The practice of making the Queen's husband the commander of the Queen's Knights was abolished. From that point onward the position is to be filled on the basis of merit, and the Prince was established by this point as both a great military leader and absolutely loyal to Falena, both qualities that seem to be in short supply. Plus, it's implied in the last cutscene that Lyon serves either as co-leader or second-in-command of the Queen's Knights and that she and the Prince either are or will end up married.
  • Dynasty Warriors 6 portrayed the Wei leader Cao Cao this way in his, Dian Wei's, and Xiahou Dun's endings. Feeling that the newly-unified Chinese nation did not need a bloodstained conqueror as its leader, Cao Cao abdicated to go off on a journey, leaving administration and governance of the land to specifically-trusted advisors.
    • Koei seem to like this trope, in fact; before that, they pulled something similar in the spin-off series Samurai Warriors, in the PSP port of the first game to be precise, where at the end of Oda Nobunaga's 'good' storyline, he vanishes without a trace along with his wife, leaving instructions that his top generals are to divide the land up equally between them (and that his by-then-former manservant was to kill them if they ever came to blows); in his monologue to his wife afterwards where he explains his reasoning, he explicitly states that "the people don't need a king; what they need are options".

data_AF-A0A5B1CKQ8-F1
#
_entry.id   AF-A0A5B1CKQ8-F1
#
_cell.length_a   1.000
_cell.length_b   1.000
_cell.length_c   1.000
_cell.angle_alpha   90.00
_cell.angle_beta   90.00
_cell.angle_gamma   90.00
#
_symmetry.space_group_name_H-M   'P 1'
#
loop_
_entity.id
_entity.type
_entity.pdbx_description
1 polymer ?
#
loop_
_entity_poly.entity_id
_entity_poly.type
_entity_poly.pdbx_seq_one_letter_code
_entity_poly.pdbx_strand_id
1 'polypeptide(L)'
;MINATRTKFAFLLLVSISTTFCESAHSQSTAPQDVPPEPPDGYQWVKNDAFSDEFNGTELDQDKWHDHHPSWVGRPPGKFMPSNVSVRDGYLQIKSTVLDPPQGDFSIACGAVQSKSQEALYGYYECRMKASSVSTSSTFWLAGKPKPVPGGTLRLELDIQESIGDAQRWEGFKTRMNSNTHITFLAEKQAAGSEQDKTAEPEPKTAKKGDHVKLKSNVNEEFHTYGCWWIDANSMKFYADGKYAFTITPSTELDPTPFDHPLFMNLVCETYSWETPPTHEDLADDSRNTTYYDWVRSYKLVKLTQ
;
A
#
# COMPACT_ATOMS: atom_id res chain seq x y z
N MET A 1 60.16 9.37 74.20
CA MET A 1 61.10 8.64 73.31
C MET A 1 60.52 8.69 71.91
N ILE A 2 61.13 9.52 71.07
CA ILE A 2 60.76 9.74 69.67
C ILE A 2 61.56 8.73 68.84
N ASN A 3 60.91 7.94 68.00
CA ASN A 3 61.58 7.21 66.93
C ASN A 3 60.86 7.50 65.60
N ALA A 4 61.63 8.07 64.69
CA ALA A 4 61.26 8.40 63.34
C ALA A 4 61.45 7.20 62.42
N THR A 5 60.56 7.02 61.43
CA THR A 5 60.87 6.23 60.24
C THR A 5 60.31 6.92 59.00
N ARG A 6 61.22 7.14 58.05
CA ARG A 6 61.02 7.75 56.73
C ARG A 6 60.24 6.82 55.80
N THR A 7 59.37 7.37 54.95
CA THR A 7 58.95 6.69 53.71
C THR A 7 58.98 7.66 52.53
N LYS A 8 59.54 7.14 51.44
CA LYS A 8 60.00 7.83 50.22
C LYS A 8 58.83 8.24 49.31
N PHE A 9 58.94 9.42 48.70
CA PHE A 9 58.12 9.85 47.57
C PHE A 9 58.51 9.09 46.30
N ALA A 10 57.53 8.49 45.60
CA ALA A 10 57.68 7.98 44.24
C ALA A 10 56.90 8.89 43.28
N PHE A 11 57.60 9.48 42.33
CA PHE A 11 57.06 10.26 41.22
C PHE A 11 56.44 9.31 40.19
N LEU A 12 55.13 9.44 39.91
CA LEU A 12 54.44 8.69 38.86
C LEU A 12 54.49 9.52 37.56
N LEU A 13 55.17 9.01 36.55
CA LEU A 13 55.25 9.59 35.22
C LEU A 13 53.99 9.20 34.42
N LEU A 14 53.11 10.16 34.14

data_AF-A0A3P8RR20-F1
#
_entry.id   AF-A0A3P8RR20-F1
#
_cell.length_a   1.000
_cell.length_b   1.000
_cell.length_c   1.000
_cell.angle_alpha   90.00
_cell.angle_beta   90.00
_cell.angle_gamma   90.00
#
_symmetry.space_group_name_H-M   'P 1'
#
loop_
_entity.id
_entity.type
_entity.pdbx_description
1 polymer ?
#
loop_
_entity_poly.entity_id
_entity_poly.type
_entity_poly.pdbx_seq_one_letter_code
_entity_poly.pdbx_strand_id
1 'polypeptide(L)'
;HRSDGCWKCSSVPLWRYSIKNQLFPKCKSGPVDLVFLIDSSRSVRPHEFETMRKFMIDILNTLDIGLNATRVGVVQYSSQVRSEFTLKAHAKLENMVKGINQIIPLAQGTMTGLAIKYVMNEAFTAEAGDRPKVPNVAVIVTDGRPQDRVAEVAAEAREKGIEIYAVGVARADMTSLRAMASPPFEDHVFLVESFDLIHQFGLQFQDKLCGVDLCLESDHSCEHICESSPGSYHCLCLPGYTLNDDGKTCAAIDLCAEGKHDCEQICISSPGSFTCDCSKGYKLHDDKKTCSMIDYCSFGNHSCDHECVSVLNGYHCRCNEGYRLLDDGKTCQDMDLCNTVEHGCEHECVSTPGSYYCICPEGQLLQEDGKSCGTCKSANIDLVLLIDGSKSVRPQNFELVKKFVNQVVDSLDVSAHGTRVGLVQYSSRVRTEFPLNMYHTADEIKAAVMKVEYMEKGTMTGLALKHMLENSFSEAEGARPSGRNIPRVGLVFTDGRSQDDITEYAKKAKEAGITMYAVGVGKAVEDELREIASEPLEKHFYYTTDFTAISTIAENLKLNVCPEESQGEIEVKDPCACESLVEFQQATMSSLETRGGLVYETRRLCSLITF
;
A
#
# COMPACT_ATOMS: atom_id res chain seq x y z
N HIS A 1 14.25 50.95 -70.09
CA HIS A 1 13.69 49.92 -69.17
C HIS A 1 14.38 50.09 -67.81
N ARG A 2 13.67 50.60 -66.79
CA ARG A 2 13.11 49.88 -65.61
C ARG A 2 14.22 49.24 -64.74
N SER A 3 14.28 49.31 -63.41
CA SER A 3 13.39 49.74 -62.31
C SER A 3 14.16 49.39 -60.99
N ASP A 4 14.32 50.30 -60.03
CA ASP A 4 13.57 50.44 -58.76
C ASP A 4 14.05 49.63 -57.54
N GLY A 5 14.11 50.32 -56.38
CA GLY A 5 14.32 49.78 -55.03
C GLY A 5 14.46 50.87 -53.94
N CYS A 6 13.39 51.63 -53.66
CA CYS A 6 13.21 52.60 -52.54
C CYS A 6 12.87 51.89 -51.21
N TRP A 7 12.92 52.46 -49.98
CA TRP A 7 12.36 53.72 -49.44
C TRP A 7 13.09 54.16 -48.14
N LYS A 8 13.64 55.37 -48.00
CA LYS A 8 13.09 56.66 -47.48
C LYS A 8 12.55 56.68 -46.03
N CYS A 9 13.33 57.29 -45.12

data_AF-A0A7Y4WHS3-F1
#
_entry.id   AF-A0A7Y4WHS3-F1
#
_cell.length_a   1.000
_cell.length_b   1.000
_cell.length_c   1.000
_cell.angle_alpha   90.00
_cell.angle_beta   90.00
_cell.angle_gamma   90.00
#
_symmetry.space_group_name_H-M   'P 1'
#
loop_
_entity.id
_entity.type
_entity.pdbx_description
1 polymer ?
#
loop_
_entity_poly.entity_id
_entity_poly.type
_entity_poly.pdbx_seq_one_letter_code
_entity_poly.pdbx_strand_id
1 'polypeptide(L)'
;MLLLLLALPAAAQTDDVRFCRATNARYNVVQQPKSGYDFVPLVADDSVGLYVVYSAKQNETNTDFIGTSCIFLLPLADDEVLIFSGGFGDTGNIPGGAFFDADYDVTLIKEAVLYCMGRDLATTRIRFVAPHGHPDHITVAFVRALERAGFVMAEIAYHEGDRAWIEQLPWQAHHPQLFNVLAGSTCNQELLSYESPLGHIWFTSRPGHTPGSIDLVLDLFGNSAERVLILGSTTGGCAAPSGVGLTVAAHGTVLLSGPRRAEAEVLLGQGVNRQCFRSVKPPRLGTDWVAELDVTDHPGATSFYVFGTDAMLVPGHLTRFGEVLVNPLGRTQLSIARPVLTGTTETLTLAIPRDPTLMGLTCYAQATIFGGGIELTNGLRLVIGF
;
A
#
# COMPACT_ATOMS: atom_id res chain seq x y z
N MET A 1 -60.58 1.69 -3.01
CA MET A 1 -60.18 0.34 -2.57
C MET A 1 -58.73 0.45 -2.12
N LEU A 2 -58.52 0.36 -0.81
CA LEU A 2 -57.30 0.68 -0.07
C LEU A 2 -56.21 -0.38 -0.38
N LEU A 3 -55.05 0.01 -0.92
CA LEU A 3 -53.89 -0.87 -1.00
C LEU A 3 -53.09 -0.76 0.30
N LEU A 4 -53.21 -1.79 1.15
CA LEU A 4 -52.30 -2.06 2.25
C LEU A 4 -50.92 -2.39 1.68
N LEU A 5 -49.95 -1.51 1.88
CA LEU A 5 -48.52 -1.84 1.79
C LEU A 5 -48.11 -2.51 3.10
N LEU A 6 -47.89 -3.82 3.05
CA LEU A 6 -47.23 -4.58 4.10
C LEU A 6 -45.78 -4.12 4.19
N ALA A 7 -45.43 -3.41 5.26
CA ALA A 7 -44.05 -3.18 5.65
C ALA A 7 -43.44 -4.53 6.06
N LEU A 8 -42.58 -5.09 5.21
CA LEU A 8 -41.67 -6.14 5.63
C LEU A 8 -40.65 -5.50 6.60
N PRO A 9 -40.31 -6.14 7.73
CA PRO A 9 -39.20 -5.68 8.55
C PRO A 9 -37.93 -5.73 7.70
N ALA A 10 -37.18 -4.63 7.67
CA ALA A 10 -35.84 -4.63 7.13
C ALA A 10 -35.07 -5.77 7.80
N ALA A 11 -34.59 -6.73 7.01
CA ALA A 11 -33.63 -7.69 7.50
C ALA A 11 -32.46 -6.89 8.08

• World of Warcraft:
    • In the expansion Cataclysm, Thrall steps down as Warchief of the Horde in order to resume his shaman studies and figure out what's going with Azeroth's elementals, and he names Garrosh Hellscream in his place. This was a very controversial move, since Thrall is very well-liked, both by in-game politicians and by players, while Garrosh is the complete opposite.
    • And then, after Garrosh is deposed by combined efforts of the Alliance and the Horde (including Thrall, who realized that appointing Garrosh was not his brightest idea), Thrall's handpicked successor to Garrosh, Vol'jin, was reluctant to accept the title of Warchief, seeing himself as not worthy and only yielding when he saw all the Horde leaders acknowledge him.
  • The quarian ship Captains and fleet Admiralty in the Mass Effect franchise exist to be this. The Migrant Fleet technically exists under a state of emergency martial law (as it has been for centuries) but in practice most decisions are handled by an elected civilian council, both on the level of individual ships and on the level of entire sectors of the fleet in a federal-type government known as the Conclave. However, the Admiralty can invoke a deliberate override of anything the Conclave chooses as an exercise of emergency powers, but are required to resign from their positions immediately after the emergency has passed, or face arrest and prosecution if they refuse to do so. This helps keep the otherwise unrestricted exercise of power in check. So far, the Admiralty override has only been invoked four times in the three centuries of the fleet's existence.